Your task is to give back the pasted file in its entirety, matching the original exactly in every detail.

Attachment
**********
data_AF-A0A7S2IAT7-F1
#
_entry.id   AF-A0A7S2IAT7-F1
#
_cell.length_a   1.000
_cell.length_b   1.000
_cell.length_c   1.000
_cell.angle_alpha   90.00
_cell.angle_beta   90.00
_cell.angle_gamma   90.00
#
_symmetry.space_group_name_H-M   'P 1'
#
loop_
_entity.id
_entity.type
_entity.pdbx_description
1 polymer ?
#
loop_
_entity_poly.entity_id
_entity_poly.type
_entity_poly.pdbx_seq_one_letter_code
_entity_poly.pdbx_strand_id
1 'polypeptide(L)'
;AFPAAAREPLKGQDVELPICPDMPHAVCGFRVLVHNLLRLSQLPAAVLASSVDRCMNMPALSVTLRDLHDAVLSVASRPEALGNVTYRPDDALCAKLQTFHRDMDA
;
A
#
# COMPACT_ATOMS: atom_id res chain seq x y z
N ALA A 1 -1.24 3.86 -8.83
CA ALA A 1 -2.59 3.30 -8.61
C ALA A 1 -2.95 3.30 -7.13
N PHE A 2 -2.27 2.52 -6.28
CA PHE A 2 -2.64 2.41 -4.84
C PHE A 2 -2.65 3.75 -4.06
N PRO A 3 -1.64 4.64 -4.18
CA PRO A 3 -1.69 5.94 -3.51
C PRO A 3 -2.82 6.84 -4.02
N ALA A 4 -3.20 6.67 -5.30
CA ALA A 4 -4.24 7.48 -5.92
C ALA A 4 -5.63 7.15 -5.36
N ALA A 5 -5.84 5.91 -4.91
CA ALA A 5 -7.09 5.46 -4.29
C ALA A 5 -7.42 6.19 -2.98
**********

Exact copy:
data_AF-A0A7S2IAT7-F1
#
_entry.id   AF-A0A7S2IAT7-F1
#
_cell.length_a   1.000
_cell.length_b   1.000
_cell.length_c   1.000
_cell.angle_alpha   90.00
_cell.angle_beta   90.00
_cell.angle_gamma   90.00
#
_symmetry.space_group_name_H-M   'P 1'
#
loop_
_entity.id
_entity.type
_entity.pdbx_description
1 polymer ?
#
loop_
_entity_poly.entity_id
_entity_poly.type
_entity_poly.pdbx_seq_one_letter_code
_entity_poly.pdbx_strand_id
1 'polypeptide(L)'
;AFPAAAREPLKGQDVELPICPDMPHAVCGFRVLVHNLLRLSQLPAAVLASSVDRCMNMPALSVTLRDLHDAVLSVASRPEALGNVTYRPDDALCAKLQTFHRDMDA
;
A
#
# COMPACT_ATOMS: atom_id res chain seq x y z
N ALA A 1 -1.24 3.86 -8.83
CA ALA A 1 -2.59 3.30 -8.61
C ALA A 1 -2.95 3.30 -7.13
N PHE A 2 -2.27 2.52 -6.28
CA PHE A 2 -2.64 2.41 -4.84
C PHE A 2 -2.65 3.75 -4.06
N PRO A 3 -1.64 4.64 -4.18
CA PRO A 3 -1.69 5.94 -3.51
C PRO A 3 -2.82 6.84 -4.02
N ALA A 4 -3.20 6.67 -5.30
CA ALA A 4 -4.24 7.48 -5.92
C ALA A 4 -5.63 7.15 -5.36
N ALA A 5 -5.84 5.91 -4.91
CA ALA A 5 -7.09 5.46 -4.29
C ALA A 5 -7.42 6.19 -2.98